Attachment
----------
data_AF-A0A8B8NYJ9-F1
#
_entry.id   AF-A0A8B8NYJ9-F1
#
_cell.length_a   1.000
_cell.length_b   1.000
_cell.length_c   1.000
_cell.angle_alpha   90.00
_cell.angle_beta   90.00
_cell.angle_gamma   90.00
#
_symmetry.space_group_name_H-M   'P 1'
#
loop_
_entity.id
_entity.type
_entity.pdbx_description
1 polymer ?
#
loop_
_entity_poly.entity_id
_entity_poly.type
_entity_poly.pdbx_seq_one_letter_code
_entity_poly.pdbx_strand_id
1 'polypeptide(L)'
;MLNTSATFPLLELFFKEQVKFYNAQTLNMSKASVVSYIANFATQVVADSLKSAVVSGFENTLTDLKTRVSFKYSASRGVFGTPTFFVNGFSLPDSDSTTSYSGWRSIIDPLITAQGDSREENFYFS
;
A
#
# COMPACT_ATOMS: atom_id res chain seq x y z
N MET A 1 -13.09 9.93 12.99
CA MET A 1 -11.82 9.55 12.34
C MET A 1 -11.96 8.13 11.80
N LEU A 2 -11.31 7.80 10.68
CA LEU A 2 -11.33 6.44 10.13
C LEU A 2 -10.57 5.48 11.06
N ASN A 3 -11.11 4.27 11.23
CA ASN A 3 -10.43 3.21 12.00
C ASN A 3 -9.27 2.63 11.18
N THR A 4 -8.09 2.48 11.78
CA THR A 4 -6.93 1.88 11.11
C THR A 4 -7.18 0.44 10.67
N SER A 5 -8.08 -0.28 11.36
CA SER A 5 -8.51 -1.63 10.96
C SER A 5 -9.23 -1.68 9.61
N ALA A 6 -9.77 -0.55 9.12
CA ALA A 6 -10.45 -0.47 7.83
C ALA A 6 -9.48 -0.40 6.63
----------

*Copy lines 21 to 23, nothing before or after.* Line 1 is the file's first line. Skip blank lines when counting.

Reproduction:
_entity_poly.entity_id
_entity_poly.type
_entity_poly.pdbx_seq_one_letter_code